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Genetic Crossroads
August 21st, 2008

Now, They Go Abroad for Made-to-Order Son
Local docs help affluent couples in Maharashtra beat the law
by Mayank Tewari, Daily News and Analysis
The Indian state of Maharashtra is losing its daughters to sons pre-selected at in vitro fertilisation (IVF) laboratories abroad and delivered in India.

Finding the Golden Genes
by Patrick Barry, ScienceNews
Advances in gene therapy could tempt some athletes to enhance their genetic makeup, leading some researchers to work on detection methods just in case.

Geron, Exeter Affiliates Merge to Create Livestock Cloning Shop
GenomeWeb
Geron and Exeter Life Sciences said today that Start Licensing, a joint venture between the two firms, and ViaGen, a subsidiary of Exeter, have merged to form a new entity that will focus on animal cloning.

South Korea Gov't to Compensate Egg Donors
KBS World Radio
The government will draw up a bill to compensate people who provide their eggs for fertility treatment.

Irish Head to Europe for Egg Donation
by Gabrielle Monaghan, The Sunday Times
Hundreds of Irishwomen are travelling to clinics across the Continent to receive IVF treatment using eggs provided from young European women, taking advantage of cheaper treatment, shorter waiting lists and a more plentiful supply of donors at clinics in Spain, the Czech Republic, and Crete.

Here, Blue Still Wins Over Pink
by Radhika Oberoi, The Times of India
If the child sex ratio of India is anything to go by, a baby boy is still the preferred progeny. The dismal sex ratio trends are a telling comment on an educated society that refuses to rid itself of its regressive male bias.

Dolly's Creator Moves Away from Cloning and Embryonic Stem Cells and Is It Time to Give Up on Therapeutic Cloning?
by Sally Lehrman, Scientific American
Like many stem cell pioneers, Ian Wilmut, the creator of Dolly the sheep, has jumped to an alternative approach. Is this the beginning of the end for research cloning?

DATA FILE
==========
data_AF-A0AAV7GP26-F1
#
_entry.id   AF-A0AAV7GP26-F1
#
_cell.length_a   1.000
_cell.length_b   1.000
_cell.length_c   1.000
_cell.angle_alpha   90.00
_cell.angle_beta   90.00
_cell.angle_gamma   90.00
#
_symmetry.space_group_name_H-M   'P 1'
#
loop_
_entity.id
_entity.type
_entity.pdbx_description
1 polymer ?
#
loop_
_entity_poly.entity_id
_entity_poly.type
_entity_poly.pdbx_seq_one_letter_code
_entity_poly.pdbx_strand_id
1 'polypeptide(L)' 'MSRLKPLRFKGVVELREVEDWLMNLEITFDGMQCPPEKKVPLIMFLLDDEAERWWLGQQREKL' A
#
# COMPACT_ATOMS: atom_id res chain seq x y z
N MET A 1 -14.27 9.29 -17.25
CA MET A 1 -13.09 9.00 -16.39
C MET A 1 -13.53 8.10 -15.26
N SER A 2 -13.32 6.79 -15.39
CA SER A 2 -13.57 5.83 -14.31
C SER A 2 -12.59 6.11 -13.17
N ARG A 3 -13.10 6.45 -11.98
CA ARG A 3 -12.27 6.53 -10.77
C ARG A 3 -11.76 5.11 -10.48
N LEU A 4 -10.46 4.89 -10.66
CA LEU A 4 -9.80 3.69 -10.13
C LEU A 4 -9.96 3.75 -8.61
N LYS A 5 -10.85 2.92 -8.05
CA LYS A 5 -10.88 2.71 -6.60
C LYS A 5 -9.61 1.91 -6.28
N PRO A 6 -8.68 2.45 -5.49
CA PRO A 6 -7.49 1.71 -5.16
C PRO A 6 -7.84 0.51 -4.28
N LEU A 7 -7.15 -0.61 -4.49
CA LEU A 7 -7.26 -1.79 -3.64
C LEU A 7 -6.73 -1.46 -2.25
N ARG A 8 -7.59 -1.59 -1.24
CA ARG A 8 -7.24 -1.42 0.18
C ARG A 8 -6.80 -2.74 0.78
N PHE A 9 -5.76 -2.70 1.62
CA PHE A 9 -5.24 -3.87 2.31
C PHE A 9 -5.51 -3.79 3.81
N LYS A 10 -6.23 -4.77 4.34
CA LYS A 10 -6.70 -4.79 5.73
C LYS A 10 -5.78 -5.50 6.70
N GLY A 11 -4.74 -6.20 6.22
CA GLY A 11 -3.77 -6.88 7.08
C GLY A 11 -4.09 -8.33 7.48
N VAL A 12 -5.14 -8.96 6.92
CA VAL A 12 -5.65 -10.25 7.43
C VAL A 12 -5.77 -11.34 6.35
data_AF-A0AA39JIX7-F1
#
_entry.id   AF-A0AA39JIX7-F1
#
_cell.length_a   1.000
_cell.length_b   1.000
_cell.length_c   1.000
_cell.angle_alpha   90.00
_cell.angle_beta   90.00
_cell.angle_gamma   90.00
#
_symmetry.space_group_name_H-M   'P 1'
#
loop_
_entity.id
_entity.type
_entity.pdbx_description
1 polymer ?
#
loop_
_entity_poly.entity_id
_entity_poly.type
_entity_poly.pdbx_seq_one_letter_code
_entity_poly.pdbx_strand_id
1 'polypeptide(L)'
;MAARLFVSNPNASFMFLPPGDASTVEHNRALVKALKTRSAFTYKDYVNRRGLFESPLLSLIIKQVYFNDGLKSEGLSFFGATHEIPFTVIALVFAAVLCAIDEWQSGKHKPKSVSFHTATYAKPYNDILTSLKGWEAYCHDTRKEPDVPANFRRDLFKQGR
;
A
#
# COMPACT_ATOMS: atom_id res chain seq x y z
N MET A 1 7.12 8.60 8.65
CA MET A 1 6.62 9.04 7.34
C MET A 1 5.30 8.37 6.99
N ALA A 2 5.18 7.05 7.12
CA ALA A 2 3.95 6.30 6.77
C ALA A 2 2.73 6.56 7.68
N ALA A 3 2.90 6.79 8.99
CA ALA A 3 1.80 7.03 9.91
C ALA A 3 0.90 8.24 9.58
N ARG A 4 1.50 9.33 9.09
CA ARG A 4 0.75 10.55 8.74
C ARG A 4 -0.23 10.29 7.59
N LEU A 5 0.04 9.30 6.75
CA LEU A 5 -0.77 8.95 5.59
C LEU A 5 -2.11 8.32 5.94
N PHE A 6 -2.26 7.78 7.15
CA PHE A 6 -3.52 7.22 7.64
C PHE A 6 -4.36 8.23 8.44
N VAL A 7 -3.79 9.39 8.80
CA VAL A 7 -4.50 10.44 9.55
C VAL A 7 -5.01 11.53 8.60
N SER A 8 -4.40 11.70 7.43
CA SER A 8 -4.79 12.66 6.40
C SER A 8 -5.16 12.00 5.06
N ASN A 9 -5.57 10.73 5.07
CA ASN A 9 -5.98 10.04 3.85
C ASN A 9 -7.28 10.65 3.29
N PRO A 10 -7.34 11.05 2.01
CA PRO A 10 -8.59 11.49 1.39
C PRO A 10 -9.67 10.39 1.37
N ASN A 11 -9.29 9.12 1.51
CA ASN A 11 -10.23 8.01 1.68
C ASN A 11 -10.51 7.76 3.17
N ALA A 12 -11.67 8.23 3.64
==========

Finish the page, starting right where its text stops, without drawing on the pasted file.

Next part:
Disgraced Clone Expert Barred from Work
The West Australian
South Korea will not allow disgraced cloning expert Hang Woo-suk to resume human stem cell research. Hwang's request was turned down by the country's national committee on bioethics.

Scientists: Egg Shortage Hurts Stem Cell Research
by Marcus Wohlsen, Associated Press
[Quotes CGS' Marcy Darnovsky] Critics of cloning-based stem cell research say its promise is outweighed by the potential harm to women, a view that has prevailed among regulators. And there's a promising new approach to stem cell research that doesn't require eggs at all.

Reproductive Tourism a Growing Worry, Experts Say
by Michael Kahn, Reuters
Fertility experts say they must tackle a growing problem of reproductive tourism that puts women and babies at risk.

Calif. State Senator Vows to Push Life-Sci Bill Without More Stem-Cell Amendments
by Alex Philippidis, BioRegion News
[Quotes CGS' Jesse Reynolds] California state Senator, Sheila Kuehl, authored a governance and drug-access bill opposed by the state's stem-cell agency.

What You Should Know Before You Spit Into That Test Tube
by Rick Weiss, Washington Post
Genetic testing may have saved this man's life. But a closer look suggests that this fast-growing industry, with its snazzy Web-based come-ons, could benefit from some temperance and independent oversight.

Experts Fear Potential Abuses of Genetic Screening
by Beth Whitehouse, Newsday
Will parents use embryo selection technology to select a child's characteristics the way you can pick the options on a car?


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